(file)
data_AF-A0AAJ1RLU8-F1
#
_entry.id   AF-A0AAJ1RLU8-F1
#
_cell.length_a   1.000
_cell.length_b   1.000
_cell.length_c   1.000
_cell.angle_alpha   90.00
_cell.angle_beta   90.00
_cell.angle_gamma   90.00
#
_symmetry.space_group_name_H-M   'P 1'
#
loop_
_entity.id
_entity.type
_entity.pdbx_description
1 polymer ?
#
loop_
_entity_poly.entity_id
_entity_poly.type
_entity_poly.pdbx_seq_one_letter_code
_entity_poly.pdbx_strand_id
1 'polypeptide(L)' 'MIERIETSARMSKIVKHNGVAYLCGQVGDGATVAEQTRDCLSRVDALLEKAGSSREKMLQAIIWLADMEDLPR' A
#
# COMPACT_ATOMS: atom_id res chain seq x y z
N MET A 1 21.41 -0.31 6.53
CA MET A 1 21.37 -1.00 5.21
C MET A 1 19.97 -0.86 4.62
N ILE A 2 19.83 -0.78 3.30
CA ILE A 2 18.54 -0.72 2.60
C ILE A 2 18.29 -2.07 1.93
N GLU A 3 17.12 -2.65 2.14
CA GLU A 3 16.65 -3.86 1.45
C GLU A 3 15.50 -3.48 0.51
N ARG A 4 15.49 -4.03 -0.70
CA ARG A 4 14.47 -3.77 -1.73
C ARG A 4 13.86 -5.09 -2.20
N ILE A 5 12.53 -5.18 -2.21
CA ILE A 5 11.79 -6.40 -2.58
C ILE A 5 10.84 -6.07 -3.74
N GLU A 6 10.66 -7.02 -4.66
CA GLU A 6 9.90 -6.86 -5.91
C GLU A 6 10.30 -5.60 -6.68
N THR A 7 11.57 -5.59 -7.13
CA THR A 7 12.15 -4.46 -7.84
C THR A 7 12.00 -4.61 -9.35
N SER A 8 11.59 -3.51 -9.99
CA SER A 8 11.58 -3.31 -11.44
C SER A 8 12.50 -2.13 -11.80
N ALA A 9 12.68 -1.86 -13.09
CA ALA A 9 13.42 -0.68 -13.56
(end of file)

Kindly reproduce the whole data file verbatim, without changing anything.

data_AF-A0AAJ1RLU8-F1
#
_entry.id   AF-A0AAJ1RLU8-F1
#
_cell.length_a   1.000
_cell.length_b   1.000
_cell.length_c   1.000
_cell.angle_alpha   90.00
_cell.angle_beta   90.00
_cell.angle_gamma   90.00
#
_symmetry.space_group_name_H-M   'P 1'
#
loop_
_entity.id
_entity.type
_entity.pdbx_description
1 polymer ?
#
loop_
_entity_poly.entity_id
_entity_poly.type
_entity_poly.pdbx_seq_one_letter_code
_entity_poly.pdbx_strand_id
1 'polypeptide(L)' 'MIERIETSARMSKIVKHNGVAYLCGQVGDGATVAEQTRDCLSRVDALLEKAGSSREKMLQAIIWLADMEDLPR' A
#
# COMPACT_ATOMS: atom_id res chain seq x y z
N MET A 1 21.41 -0.31 6.53
CA MET A 1 21.37 -1.00 5.21
C MET A 1 19.97 -0.86 4.62
N ILE A 2 19.83 -0.78 3.30
CA ILE A 2 18.54 -0.72 2.60
C ILE A 2 18.29 -2.07 1.93
N GLU A 3 17.12 -2.65 2.14
CA GLU A 3 16.65 -3.86 1.45
C GLU A 3 15.50 -3.48 0.51
N ARG A 4 15.49 -4.03 -0.70
CA ARG A 4 14.47 -3.77 -1.73
C ARG A 4 13.86 -5.09 -2.20
N ILE A 5 12.53 -5.18 -2.21
CA ILE A 5 11.79 -6.40 -2.58
C ILE A 5 10.84 -6.07 -3.74
N GLU A 6 10.66 -7.02 -4.66
CA GLU A 6 9.90 -6.86 -5.91
C GLU A 6 10.30 -5.60 -6.68
N THR A 7 11.57 -5.59 -7.13
CA THR A 7 12.15 -4.46 -7.84
C THR A 7 12.00 -4.61 -9.35
N SER A 8 11.59 -3.51 -9.99
CA SER A 8 11.58 -3.31 -11.44
C SER A 8 12.50 -2.13 -11.80
N ALA A 9 12.68 -1.86 -13.09
CA ALA A 9 13.42 -0.68 -13.56